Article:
The Moab BEACON Afterschool program offers a safe, structured space for elementary and middle school students between the end of the school day and 5 p.m—not just good for kids, but a boon for many local working parents.
“It allows a lot of our families to have less stress around the child care issue,” said Xandra Odland, the director for BEACON Afterschool. She said they don’t have a count of how many parents rely on the program for childcare during working hours, but that many students do attend BEACON every weekday throughout all four sessions offered over the school year.
BEACON programming includes fun and enriching clubs and activities as well as academic support.
Recently, the organization has expanded its tutoring programs and field trip opportunities and added new clubs; they’re looking to hire more staff to help the organization continue to grow, and soliciting contributions to their annual fundraiser.
The organization’s annual report reviewing the 2020/2021 school year says that the organization served over two hundred students from Helen M. Knight Elementary School, the Moab Charter School, Margaret L. Hopkin Middle School, and homeschool settings, aided by community support and volunteers. 189 elementary-aged students attended at least one BEACON club, and 72 of those students attended BEACON for at least 30 days of the year.
Over half of the kids currently enrolled at Helen M. Knight Elementary have participated in BEACON at some point during their time at the school. Full priced registration for the program is affordable, and there is a sliding scale system in place for low-income families.
Odland said that while many students attend BEACON all year, many also sign up for a single club or activity that interests them. Club themes range from arts and crafts to sports, music, games and outdoors. One BEACON staff member is also a working artist, and he leads a club called “Art with Daniel.”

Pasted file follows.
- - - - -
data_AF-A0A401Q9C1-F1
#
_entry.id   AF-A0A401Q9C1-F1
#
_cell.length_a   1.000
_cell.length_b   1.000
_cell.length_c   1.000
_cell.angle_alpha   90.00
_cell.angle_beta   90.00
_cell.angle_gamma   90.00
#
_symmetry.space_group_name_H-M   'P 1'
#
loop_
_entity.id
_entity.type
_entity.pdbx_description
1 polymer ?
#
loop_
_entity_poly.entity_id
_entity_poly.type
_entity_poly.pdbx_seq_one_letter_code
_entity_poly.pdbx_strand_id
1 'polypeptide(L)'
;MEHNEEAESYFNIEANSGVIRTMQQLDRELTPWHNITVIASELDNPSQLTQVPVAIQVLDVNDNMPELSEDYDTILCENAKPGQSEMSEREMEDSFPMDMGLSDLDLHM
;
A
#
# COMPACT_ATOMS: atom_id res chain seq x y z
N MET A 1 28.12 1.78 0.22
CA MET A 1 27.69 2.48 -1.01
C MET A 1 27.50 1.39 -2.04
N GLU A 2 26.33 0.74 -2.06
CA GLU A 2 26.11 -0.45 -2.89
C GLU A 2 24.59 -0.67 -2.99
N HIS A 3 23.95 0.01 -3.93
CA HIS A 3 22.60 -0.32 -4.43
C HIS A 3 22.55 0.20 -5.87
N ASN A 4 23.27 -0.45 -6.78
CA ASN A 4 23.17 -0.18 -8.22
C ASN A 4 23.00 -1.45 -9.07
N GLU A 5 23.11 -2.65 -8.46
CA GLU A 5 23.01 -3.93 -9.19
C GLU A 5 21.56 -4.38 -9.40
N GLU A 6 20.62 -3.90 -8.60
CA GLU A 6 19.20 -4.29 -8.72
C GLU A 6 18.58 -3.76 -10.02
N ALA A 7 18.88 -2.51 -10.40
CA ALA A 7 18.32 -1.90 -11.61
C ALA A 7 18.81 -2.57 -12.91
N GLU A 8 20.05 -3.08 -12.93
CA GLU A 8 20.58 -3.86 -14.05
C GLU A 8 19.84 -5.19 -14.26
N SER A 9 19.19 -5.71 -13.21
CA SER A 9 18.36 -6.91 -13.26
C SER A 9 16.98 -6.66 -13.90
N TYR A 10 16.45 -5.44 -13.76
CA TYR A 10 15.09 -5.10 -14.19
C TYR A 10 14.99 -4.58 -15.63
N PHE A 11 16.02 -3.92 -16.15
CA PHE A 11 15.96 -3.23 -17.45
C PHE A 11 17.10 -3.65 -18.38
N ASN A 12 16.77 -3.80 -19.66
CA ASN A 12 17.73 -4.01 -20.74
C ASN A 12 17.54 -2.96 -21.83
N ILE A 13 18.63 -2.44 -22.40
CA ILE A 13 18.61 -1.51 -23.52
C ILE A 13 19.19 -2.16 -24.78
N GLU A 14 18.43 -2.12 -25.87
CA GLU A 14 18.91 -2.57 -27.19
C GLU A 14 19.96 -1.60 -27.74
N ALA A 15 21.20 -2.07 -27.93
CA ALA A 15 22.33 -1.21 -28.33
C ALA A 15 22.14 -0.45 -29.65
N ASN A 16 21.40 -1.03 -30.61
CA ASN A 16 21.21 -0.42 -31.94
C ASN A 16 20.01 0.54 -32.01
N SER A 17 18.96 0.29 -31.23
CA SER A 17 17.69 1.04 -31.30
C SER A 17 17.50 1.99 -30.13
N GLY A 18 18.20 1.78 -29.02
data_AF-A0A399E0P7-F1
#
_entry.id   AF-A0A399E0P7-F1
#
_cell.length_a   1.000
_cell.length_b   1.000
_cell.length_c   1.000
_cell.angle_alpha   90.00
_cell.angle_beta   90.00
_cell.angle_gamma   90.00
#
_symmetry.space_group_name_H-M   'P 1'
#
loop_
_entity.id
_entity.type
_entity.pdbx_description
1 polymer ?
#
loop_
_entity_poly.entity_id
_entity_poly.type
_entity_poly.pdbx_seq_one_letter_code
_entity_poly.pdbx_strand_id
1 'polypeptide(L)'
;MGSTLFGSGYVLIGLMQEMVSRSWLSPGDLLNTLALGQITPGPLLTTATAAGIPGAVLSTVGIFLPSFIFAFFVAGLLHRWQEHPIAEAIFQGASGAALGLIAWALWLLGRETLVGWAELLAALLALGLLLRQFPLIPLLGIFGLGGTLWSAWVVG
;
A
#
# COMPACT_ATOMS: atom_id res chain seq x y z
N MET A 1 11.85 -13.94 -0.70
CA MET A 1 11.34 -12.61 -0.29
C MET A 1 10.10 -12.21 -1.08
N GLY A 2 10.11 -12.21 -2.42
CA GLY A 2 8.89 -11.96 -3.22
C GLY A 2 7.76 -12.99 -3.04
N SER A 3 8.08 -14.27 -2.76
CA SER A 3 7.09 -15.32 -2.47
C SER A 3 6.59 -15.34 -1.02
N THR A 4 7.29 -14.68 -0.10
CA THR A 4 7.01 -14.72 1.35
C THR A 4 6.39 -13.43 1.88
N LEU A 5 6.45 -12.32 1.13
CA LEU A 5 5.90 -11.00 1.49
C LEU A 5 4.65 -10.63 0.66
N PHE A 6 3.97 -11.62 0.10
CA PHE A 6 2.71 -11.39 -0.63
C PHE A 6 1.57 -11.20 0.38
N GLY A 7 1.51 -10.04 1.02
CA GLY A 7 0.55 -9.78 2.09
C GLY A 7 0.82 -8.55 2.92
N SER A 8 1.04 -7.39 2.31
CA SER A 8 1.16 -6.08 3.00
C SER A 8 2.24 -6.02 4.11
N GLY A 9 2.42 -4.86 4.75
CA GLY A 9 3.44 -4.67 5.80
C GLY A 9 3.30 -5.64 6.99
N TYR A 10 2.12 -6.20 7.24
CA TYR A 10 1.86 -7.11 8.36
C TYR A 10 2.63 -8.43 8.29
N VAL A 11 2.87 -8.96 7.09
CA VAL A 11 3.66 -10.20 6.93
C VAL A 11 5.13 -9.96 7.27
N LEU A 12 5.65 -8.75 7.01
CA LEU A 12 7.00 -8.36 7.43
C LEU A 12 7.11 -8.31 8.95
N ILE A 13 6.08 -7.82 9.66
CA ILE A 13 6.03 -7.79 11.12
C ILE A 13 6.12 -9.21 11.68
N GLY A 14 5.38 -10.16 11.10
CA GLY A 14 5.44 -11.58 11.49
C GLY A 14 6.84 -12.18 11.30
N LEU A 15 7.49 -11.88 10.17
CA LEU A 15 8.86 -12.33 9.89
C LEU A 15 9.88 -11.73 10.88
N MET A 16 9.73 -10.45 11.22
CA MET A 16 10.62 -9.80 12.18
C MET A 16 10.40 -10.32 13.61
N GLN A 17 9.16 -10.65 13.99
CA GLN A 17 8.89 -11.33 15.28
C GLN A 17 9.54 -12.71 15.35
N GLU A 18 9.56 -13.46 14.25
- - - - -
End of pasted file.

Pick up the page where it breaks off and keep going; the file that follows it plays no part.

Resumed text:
Starting this coming spring, the organization will launch a new club in partnership with local nonprofit Science Moab focused on nature and science. Kids will have the opportunity to interact with the outdoors in a variety of ways. Final programming is still being determined, but there could be plein air painting, plant identification, and sessions with local scientists. BEACON often partners with other community organizations to put on clubs for students, including the Youth Garden Project, Canyon Country Outdoor Education, and the Moab Valley Multicultural Center.
Last year, BEACON was given a bus, opening the range of possibilities for field trips. The program is able to use Grand County School District buses for some transport: for example, taking students to the campus of a partner organization after school. School district drivers operate the buses. Having its own bus means BEACON can plan field trips outside the schedule of when school district vehicles are available.
Last year, students used the BEACON bus to visit area dinosaur tracks and the rock climbing boulders at Lions Park. The bus also allowed for an equine therapy club for middle schoolers. Twice a week, students were bused to the Old Spanish Trail Arena to spend time with horses. This spring, BEACON organizers plan to use the bus to bring kids to outdoor areas they might not otherwise get to visit, like the Poison Spider trail and Courthouse Wash.
The 2020/2021 report includes testimonials from parents and teachers who say BEACON benefits kids.
“My daughter has shown an increased desire to get outside and help us with yard work after
attending the Youth Garden Project BEACON club,” one parent wrote. “She has learned to appreciate growing things and taking care of plants. We really appreciate the BEACON clubs and how they expose our children to new and healthy activities.”